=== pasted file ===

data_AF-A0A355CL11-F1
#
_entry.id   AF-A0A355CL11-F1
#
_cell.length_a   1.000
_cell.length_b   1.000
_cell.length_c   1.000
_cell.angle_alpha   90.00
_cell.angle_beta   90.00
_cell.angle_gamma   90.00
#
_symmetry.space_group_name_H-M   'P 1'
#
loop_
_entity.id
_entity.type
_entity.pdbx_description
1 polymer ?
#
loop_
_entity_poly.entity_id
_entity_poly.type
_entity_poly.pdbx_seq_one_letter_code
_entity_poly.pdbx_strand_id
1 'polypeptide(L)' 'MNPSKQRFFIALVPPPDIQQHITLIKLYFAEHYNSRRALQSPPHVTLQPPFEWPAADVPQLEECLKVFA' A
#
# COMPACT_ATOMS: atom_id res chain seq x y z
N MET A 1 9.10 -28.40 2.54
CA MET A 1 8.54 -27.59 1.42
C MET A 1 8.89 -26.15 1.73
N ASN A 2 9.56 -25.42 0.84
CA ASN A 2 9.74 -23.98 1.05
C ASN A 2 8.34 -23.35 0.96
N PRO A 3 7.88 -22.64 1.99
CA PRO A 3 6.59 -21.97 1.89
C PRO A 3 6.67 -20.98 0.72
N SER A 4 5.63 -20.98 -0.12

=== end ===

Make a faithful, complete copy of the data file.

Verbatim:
data_AF-A0A355CL11-F1
#
_entry.id   AF-A0A355CL11-F1
#
_cell.length_a   1.000
_cell.length_b   1.000
_cell.length_c   1.000
_cell.angle_alpha   90.00
_cell.angle_beta   90.00
_cell.angle_gamma   90.00
#
_symmetry.space_group_name_H-M   'P 1'
#
loop_
_entity.id
_entity.type
_entity.pdbx_description
1 polymer ?
#
loop_
_entity_poly.entity_id
_entity_poly.type
_entity_poly.pdbx_seq_one_letter_code
_entity_poly.pdbx_strand_id
1 'polypeptide(L)' 'MNPSKQRFFIALVPPPDIQQHITLIKLYFAEHYNSRRALQSPPHVTLQPPFEWPAADVPQLEECLKVFA' A
#
# COMPACT_ATOMS: atom_id res chain seq x y z
N MET A 1 9.10 -28.40 2.54
CA MET A 1 8.54 -27.59 1.42
C MET A 1 8.89 -26.15 1.73
N ASN A 2 9.56 -25.42 0.84
CA ASN A 2 9.74 -23.98 1.05
C ASN A 2 8.34 -23.35 0.96
N PRO A 3 7.88 -22.64 1.99
CA PRO A 3 6.59 -21.97 1.89
C PRO A 3 6.67 -20.98 0.72
N SER A 4 5.63 -20.98 -0.12